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Old 10-15-2018, 12:44 AM   #11
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no one pays MSRP... no lender would provide a loan on that - they’re already smart enough to know that a loan is only against the book value, to cover their own collateral risk.
Market flucuations in value is the only factor that will cause an ‘upside down’ effect - which is the exact definition of Depreciation.
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Old 10-15-2018, 01:29 AM   #12
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no one pays MSRP... no lender would provide a loan on that - they’re already smart enough to know that a loan is only against the book value, to cover their own collateral risk.
Market fluctuations in value is the only factor that will cause an ‘upside down’ effect - which is the exact definition of Depreciation.
I think supply & demand dictates how close some are forced to pay toward the MSRP. For example, everyone I know that have been upside in an auto loan was due to paying a higher than normal price that the bank either ignored. I agree that market fluctuation could also effect (like major recall, safety advisory etc that spooks the market). If you look at the new 2019 Lincoln Navigators, they are selling right at MSRP. If you want one bad enough you will pay that, but if you look at the NADA value for the 2018s it is big drop off. NADA when current is reflecting the market conditions. I get what you saying though. I stop doing loans for anything other than a house a long time ago. It is a cycle that if you are ever fortunate to get out of, you actually earn money with your own money to pay cash for autos & big ticket vehicles etc.

In fact, all of the above is why I am Looking and do NOT own a RV. today. I know what I want, and what I am willing to invest for it. The dealers don't agree with me yet
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Old 10-15-2018, 03:13 AM   #13
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If I was 78 and wanted save my cash to travel in a new financed RV that I most likely will never payoff, maybe not come close to paying off, I WIN
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Old 10-15-2018, 03:57 AM   #14
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If I was 78 and wanted save my cash to travel in a new financed RV that I most likely will never payoff, maybe not come close to paying off, I WIN
Exactly if you die while money is still owed you arenít out anything. Your spouse is and maybe your estate are the only ones that have to pay off the loan. But if you donít have a spouse and you spend every dime then oh well.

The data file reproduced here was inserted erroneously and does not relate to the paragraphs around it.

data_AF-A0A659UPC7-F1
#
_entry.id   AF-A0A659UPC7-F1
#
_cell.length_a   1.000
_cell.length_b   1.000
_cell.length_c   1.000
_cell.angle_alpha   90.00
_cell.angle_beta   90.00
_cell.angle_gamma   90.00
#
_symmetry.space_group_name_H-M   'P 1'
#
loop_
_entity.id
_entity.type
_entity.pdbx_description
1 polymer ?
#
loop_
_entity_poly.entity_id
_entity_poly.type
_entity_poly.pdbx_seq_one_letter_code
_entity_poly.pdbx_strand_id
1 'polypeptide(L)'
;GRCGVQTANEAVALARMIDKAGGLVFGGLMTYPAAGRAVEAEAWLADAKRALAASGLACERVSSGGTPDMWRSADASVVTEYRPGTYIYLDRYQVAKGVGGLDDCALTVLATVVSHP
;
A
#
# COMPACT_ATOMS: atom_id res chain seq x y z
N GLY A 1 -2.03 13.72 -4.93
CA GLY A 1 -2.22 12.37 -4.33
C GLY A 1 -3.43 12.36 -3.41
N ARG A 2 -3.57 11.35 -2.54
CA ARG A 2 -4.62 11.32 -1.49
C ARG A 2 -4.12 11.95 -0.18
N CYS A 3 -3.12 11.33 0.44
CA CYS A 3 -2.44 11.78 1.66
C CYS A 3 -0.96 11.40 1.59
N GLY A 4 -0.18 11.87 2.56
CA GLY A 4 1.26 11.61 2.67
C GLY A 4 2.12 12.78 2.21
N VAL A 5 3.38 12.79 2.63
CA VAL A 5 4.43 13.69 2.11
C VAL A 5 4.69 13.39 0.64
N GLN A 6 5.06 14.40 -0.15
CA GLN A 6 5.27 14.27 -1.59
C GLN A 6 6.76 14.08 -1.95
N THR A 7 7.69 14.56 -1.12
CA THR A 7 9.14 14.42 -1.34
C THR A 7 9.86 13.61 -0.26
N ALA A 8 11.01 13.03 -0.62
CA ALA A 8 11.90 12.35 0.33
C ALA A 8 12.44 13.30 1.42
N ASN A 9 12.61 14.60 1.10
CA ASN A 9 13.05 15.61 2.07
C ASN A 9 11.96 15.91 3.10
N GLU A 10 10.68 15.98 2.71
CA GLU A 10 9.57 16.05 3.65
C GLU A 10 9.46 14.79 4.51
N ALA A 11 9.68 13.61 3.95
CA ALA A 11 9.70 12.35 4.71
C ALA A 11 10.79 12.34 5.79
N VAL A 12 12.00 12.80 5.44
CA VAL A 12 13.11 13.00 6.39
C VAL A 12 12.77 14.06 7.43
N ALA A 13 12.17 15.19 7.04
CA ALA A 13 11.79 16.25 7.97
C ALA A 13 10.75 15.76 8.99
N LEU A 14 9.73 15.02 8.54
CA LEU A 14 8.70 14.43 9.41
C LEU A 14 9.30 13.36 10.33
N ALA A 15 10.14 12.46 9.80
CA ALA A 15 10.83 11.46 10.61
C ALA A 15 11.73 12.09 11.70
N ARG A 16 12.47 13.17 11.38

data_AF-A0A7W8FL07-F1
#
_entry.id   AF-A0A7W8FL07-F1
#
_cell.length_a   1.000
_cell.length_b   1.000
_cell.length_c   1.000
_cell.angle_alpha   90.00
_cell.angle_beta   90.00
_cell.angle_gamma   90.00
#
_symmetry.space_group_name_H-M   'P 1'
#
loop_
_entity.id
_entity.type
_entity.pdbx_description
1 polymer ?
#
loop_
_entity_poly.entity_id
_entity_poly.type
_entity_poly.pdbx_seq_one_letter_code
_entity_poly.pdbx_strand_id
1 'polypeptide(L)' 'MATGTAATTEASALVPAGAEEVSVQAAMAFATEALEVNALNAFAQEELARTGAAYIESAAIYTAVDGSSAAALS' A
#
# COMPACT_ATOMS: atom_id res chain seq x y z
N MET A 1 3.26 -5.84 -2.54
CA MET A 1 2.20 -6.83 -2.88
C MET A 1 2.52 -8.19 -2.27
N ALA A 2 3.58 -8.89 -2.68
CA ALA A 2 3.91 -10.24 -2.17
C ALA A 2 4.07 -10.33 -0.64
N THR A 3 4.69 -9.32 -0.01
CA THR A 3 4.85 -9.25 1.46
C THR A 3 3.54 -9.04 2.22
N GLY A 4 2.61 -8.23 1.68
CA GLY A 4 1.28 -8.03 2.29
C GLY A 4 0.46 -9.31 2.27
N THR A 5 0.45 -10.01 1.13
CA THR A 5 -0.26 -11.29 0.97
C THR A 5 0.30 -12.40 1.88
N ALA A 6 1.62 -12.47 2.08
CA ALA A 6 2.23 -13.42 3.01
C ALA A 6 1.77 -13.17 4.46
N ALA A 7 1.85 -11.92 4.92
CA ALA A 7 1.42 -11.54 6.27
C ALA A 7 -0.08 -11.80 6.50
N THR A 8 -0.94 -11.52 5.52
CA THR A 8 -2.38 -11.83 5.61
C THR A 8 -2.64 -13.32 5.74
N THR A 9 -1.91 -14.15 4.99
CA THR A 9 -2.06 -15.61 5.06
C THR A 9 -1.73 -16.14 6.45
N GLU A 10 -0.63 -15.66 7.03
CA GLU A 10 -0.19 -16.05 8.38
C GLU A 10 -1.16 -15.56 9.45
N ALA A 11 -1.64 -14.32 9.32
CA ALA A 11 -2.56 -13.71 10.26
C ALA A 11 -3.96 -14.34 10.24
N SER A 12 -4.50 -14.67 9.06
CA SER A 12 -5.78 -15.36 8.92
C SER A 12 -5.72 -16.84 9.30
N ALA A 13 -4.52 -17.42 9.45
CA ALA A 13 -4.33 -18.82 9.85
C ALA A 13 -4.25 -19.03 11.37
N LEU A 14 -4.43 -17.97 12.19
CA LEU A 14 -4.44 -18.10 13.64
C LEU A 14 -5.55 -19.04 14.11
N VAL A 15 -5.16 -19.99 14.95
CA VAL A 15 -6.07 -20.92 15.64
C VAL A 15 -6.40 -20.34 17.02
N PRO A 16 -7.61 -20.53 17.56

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Old 10-15-2018, 01:37 PM   #15
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I bet a dollar to a donut that the lending company had to have him add a life insurance policy of at least 50k to be able for them to loan to him. This actually happened to my mother in law and was $15 a month.
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Old 10-15-2018, 02:20 PM   #16
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A friend of mine from Portland did the same thing. Over 70, He bought a big bus for over 500k with only 10k down and financed the rest for 10 years. He said his kids, no wife, are not interested in rving so when he dies the plan is to let the bank have it back. The kids will inherit the cash and the bank will spend a lot of money for lawyers. The kids will still win. Not my plan, but it may work. Either way he is enjoying himself on the banks money. When he's dead he won't care.

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Old 10-15-2018, 02:47 PM   #17
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You have to remember this:
"The one who dies with the most toys wins! But the one who dies owing the most money on them: World Class! "
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Old 10-15-2018, 03:54 PM   #18
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I bet a dollar to a donut that the lending company had to have him add a life insurance policy of at least 50k to be able for them to loan to him. This actually happened to my mother in law and was $15 a month.
If they did require him to have life insurance because of his age that is highly illegal and violation of the fair lending act. If someone that is 100 years old walks to a branch and asks for a loan and they are qualified you have to provide that loan at the same terms as someone thatís 25. Really simple question, do you know when they are going to die? You donít know for anyone no matter their age. If you have to buy the lenders insurance plan on top of that, then they are breaking more laws.
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Old 10-15-2018, 04:04 PM   #19
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Sorry guys...it's not my plan to "dump" my responsibility on someone else...you guys sound like college kids!!! No one walks away from anything...future borrowers will pay for your ignorance and entitlement and banks nowadays will come after your wife, kids and everything else you leave behind. This is exactly what caused the 2008 collapse in the real estate market...and everything that followed...people borrowing money for houses they knew they could not afford. Who in here was NOT affected by their ignorance and greed? Don't buy what you can't afford. Pay cash or borrow from yourself for those things you do not need but can't live without...or just don't buy them to begin with!!
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Old 10-15-2018, 05:23 PM   #20
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As much as it's no fun: Gritz is right.